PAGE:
March 4th - History Lessons and Chinese Insight

Take motivation from the simple things in life

Afternoon Thoughts

Training was really fun but tough today. Once lunch time hit I had to go change most of my clothes as they were soaked in sweat and smelling really bad. But, Mondays and Wednesdays are my favorites as we go over Basics and Forms.

Today, our Basics class we went over kicks and kick combinations (which included sweeps). I never thought that just kicking in the air could be so exhausting or that holding your arms up could be so tiring. It is. One of the combos we did was all with the same leg; straight kick, inside kick, outside kick which then went into a backwards sweep. Another one was right inside kick, left outside kick and then a front sweep. It was tough and required a lot of warming up, coordination and flexibility.

In forms class I finished learning Shaolin Tong Bei Quan, which is awesome and I'm excited about it but the ending is going to be hard to master. What I liked about learning Shaolin Tong Bei Quan was Master Peng would teach me something additional each time, whether it was an application of a move , telling me the name of something, or in today's case telling me a little history about the form and move.


Wu Hua Zuo Shan

He told me many things; to start out he told me all of the moves have some sort of story to them and the sounds we make (ε“ˆ,ε“Ό,ε–‚,δΈ€) also have stories to them. The move we focused on today was Wu Hua Sits on the Mountain as seeing this is an "iconic" Shaolin Style stance. When doing this stance you are supposed to shout, "Wei! ε–‚!" which comes from a story where a Buddhist God/Guardian sat at a temple that was under attack and did this move. Him shouting caused the bandits to leave in terror. Another story that he told me a little about was the Buddhist Guards Heng and Ha, but I have to go look up that story for myself to learn more. But when we shout, "Ha! ε“ˆ!or Heng! ε“Ό!", we are supposed to be channeling the energy of these characters or at least paying respect to these characters.

It has been a good day of training but man am I already really tired. I cannot give up, I must keep going until the day is done... which means two more hours of class and maybe one hour of reviewing what I have learned previously. Ah man, I paid for this...


Fried Radish Balls

Evening Thoughts

I debated in my head whether or not to go to Xing Yi Quan class today and I ended up going. It turned out very similar to my Baji Quan class, I learned two moves and then corrected one move for the entire class period. At the end of class Master Yan told us a very interesting speech about us having the wrong "feeling" while doing Xing Yi Quan. His speech (roughly translated) went like this:

"At the school we have many kinds of martial arts. Some complement eachother while others are the opposite. Sanda and Shaolin go together very well, Wing Chun and Xing Yi go together very well. Tai Chi is on its own while Baji Quan can go together with Shaolin and Sanda. These martial arts are like different flavors of food, if you threw every flavor in your mouth at once, it will taste bad and you won't know what to taste so you should eat (choose) what flavors you like instead of every single one. You will be here for a year so you have time to try them all out."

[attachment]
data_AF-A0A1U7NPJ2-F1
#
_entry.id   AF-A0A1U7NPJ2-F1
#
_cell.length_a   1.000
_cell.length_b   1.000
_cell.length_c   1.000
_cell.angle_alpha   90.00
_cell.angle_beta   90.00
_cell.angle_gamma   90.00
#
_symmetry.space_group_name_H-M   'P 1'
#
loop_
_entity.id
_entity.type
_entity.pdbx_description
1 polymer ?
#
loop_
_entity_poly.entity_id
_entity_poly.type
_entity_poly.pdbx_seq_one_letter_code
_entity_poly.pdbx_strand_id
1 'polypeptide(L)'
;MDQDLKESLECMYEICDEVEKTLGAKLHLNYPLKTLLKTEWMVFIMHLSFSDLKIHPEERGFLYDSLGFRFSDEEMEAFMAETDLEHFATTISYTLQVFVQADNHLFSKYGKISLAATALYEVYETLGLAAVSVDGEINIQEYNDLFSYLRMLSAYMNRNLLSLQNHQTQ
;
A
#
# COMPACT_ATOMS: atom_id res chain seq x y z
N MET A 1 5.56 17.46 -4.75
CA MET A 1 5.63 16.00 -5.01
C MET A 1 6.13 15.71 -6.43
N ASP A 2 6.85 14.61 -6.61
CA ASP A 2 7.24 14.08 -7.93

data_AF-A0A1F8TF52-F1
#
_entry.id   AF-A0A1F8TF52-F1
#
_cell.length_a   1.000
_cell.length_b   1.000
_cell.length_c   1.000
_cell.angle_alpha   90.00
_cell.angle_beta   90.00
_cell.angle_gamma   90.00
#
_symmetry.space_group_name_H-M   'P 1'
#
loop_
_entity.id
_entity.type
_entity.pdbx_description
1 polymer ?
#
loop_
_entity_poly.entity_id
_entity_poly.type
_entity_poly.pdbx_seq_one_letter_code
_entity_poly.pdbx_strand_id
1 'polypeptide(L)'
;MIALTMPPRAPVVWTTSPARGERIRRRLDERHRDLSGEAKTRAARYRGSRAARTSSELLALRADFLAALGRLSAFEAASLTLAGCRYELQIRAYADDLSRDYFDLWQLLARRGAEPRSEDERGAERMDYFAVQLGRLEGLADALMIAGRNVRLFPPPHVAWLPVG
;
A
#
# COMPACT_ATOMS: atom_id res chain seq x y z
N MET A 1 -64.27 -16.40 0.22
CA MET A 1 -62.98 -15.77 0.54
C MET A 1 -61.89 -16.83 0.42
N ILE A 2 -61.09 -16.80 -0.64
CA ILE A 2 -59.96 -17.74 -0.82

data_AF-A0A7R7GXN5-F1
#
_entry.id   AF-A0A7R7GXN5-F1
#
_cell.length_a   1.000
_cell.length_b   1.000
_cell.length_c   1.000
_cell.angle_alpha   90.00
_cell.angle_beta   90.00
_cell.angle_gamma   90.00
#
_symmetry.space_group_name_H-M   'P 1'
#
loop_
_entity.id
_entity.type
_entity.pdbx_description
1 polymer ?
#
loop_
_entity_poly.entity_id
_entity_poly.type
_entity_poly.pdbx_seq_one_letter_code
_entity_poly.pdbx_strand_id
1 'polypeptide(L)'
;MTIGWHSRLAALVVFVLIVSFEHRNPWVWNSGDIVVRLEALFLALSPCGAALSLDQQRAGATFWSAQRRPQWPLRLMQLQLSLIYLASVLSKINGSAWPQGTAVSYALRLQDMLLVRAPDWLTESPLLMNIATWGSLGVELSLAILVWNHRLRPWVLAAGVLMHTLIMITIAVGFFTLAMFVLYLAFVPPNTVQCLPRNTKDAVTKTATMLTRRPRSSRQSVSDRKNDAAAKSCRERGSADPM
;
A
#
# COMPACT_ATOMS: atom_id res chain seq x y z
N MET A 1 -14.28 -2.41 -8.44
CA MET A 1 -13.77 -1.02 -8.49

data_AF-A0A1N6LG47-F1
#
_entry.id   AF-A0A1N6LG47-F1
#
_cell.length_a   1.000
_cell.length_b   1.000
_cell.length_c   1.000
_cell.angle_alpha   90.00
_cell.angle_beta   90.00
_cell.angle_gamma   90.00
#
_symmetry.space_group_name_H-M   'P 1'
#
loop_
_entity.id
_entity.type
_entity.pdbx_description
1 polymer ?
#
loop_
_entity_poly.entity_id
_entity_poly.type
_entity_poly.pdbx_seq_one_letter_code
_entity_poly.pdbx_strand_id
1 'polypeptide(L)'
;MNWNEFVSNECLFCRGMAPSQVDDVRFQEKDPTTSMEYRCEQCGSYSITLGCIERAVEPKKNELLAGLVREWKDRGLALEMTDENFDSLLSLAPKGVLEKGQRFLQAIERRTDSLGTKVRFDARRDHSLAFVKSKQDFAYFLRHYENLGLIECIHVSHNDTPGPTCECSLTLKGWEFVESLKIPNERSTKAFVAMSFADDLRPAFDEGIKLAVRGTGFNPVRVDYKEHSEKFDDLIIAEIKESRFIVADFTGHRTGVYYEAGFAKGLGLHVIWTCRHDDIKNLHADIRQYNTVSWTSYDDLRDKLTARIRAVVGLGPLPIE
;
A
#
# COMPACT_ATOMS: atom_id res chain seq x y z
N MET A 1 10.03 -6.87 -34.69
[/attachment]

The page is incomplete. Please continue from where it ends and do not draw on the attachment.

Which is exactly why I was debating with myself on whether I want to go to Xing Yi Quan or not. I like it but after a rough day of training Shaolin and Sanda, I really didn't want to go and do it. I enjoyed the class while I was there and practicing because I remembered why I like Xing Yi. But, even though I went to class and enjoyed it, I didn't have the right feel or mindset while practicing Xing Yi. I wasn't relaxed, I was tense. I wasn't centered, I was moving a lot with every move. All that I was feeling was how one should practice Shaolin Kung Fu, not Xing Yi. Imagine someone went to play Golf but tried to play golf like a football player. It doesn't work.

Not gonna lie though, I feel happy that I understood a good 40% of what he said.

Xing Yi Quan Standing Meditation Posture, your toes have to grab the ground and the bad "energy" gets sent out of your hands.
Master Yan did teach us a rarely practiced Xing Yi Quan move which is similar to Tai Chi's Standing Mediation posture. He said when his teacher would teach him they would stand in this for 4-5 minutes every class and stand for 4-5 minutes in the standard stance. The meditation posture is for clearing your mind and relaxing your body sending the bad "stuff" out of your hands. You grab the ground with your toes, hips go forward and head should feel like it is being pulled upward. It is an interesting posture that I might try to practice every once and a while.

Tomorrow is Thursday; Dan was right when he said this time would fly by. I hope that by writing in my journals and keeping up with this blog that I'll be able to look back and remember all that happened on my various adventures. I'm trying to make tracks everywhere I go and hopefully some people will remember what I did.

We are half way through the week, do you feel tired yet?

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